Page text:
[We’re pleased to welcome authors, Jesse Hoey of the University of Waterloo, Tobias Schröder of Potsdam University of Applied Sciences, Jonathan Morgan of Potsdam University of Applied Sciences, Kimberly B. Rogers of Dartmouth College, Deepak Rishi of the University of Waterloo, and Meiyappan Nagappan of the University of Waterloo. They recently published an article in “Small Group Research“ entitled “Spotlight on Methods: Artificial Intelligence and Social Simulation: Studying Group Dynamics on a Massive Scale,” which is currently free to read for a limited time. Below, They discusses some of the findings of this research:]
Technological and social innovations are increasingly generated through informal, distributed processes of collaboration, rather than in formal, hierarchical organizations. In this article, we present a novel combination of data-driven and model-based approaches to explore the social and psychological mechanisms motivating these modern self-organized collaborations. We focus on the example of open, collaborative software development in online collaborative networks like GitHub (github.com). The synthesized approach is based in affect control theory (ACT), and a recent framing in Artificial Intelligence known as Bayesian affect control theory (BayesACT). The general assumption of ACT is that humans are motivated in their social interactions by affective alignment: They strive for their social experiences to be coherent at a deep, emotional level with their sense of identity and general worldviews as constructed through culturally shared symbols. This alignment is used in BayesACT as a control mechanism to generate artificially intelligent agents that can learn to be functioning members of a social order (see bayesact.ca for further information).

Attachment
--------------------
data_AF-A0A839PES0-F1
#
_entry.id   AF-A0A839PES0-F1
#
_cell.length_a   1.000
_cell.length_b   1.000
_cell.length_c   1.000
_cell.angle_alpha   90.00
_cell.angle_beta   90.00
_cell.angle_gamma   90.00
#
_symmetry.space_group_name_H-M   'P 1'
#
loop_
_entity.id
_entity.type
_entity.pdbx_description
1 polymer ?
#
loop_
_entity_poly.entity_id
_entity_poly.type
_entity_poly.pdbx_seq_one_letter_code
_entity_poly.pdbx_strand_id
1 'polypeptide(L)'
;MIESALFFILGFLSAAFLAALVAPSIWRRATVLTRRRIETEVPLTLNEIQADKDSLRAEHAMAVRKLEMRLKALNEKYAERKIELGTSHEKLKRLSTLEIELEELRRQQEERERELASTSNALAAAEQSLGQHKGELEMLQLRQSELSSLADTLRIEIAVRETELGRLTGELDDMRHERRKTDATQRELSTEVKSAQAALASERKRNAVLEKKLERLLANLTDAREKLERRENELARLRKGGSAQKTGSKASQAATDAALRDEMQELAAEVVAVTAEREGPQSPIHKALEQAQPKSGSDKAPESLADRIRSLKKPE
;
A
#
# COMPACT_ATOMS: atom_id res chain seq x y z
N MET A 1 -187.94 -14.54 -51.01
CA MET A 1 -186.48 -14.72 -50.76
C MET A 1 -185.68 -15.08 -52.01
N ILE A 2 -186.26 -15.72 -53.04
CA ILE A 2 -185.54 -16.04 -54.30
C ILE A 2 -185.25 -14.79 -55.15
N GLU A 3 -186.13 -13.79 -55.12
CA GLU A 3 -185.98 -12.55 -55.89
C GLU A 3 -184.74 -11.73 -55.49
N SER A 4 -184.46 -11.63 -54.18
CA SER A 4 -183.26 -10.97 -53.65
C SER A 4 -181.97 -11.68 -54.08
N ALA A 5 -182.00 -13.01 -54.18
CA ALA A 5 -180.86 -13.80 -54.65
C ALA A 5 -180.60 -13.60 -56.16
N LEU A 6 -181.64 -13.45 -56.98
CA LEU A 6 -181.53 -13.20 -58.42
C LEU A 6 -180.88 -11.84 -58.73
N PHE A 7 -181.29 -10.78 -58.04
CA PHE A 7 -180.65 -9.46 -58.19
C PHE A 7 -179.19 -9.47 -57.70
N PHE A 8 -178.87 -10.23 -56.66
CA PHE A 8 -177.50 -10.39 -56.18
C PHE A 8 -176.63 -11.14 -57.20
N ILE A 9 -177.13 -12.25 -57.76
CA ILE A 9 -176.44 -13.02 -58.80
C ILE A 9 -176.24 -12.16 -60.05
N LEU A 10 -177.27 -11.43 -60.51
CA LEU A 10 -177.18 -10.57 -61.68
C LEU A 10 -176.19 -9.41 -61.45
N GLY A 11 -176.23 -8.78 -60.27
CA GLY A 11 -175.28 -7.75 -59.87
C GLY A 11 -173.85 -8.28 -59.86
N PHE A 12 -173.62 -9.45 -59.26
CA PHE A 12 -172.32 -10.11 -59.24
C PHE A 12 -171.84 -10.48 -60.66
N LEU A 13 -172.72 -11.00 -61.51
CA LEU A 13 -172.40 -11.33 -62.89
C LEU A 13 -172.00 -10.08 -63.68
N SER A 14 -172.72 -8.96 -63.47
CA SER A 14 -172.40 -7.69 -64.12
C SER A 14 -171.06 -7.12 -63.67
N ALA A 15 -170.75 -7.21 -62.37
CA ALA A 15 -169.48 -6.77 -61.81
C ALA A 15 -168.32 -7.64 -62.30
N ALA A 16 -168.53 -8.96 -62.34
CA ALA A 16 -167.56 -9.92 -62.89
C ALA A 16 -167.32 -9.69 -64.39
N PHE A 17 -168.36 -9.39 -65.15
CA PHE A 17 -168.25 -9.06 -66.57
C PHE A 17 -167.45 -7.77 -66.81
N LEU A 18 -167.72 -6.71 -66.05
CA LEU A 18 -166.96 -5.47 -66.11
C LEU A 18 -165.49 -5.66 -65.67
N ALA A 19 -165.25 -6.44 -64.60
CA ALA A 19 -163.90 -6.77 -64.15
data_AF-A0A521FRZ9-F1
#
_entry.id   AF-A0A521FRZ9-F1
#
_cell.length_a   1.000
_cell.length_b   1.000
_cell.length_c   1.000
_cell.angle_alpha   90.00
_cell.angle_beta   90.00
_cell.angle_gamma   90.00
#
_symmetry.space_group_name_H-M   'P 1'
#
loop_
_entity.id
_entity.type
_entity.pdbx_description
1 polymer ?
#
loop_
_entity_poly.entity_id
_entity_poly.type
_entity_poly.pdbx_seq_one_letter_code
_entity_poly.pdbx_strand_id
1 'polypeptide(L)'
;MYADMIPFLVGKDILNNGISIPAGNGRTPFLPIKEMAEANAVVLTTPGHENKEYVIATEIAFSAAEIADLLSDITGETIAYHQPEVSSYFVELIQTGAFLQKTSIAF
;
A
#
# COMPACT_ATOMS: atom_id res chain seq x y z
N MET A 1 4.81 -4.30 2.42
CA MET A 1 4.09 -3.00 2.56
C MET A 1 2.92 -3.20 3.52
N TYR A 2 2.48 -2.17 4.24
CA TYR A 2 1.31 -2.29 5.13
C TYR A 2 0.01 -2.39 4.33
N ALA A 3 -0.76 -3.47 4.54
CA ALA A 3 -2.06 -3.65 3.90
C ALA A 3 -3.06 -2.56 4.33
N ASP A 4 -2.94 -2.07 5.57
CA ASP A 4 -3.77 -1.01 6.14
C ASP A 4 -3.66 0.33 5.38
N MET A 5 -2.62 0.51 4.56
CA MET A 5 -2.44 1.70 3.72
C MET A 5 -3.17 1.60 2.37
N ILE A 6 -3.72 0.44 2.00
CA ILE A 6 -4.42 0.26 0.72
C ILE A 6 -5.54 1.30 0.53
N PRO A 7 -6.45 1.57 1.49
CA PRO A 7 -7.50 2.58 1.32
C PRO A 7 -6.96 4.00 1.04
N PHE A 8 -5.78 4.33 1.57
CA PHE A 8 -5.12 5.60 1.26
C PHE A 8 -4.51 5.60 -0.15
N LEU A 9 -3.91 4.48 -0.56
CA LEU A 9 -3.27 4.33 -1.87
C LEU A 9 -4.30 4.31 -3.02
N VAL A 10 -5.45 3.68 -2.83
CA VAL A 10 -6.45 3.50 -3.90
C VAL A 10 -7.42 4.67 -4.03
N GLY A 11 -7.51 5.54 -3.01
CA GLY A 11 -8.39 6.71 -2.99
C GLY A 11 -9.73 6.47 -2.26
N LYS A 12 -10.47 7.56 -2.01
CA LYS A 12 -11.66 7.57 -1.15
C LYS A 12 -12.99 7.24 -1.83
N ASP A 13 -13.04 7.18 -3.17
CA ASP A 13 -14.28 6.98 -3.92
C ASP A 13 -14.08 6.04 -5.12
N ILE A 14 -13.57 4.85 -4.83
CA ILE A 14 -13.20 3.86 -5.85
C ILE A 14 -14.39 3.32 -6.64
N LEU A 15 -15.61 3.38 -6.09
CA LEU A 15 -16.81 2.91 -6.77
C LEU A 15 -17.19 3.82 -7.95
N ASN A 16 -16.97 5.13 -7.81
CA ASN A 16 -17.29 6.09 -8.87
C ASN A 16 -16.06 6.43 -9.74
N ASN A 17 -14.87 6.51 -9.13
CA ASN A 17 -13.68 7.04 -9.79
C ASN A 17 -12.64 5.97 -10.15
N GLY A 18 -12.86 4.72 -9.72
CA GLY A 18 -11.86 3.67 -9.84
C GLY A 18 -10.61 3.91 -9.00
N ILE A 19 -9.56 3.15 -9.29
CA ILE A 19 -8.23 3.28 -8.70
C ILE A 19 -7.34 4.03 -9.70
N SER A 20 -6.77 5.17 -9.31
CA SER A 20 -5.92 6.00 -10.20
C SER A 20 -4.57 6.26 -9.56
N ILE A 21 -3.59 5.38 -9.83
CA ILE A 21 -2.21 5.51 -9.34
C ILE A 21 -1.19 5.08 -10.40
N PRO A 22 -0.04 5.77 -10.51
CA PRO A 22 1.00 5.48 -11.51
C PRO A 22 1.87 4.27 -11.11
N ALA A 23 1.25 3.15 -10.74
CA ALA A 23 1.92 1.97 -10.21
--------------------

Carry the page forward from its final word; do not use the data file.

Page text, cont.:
We show in this article how such a model solves two basic problems in the social scientific study of groups and teams. First, because empirical research on groups relies on manual coding, it is hard to study groups in large numbers (the scaling problem). Second, conventional statistical methods in behavioral science often fail to capture the nonlinear interaction dynamics occurring in small groups (the dynamics problem). The ACT-based models we present allow for sophisticated machine learning techniques to be combined in a parsimonious way with validated social-psychological models of group behaviour such that both of these problems are solved in a single computational model.
The purpose of the present article is to discuss the promises of this cross-disciplinary, computational approach to the study of small group dynamics. We review computational methods for using large amounts of social media data, and connect these methods to theoretically informed models of human behaviour in groups. To use a metaphor, we are digging into digital group dynamics data with a sophisticated, artificially intelligent shovel, and showing how computational social science can be taken to a new level with this unique and novel combination of data-driven and model-based approaches. The work is an international collaboration called THEMIS.COG (themis-cog.ca) between researchers in Canada (University of Waterloo), the USA (Dartmouth College), and Germany (Potsdam University of Applied Sciences).
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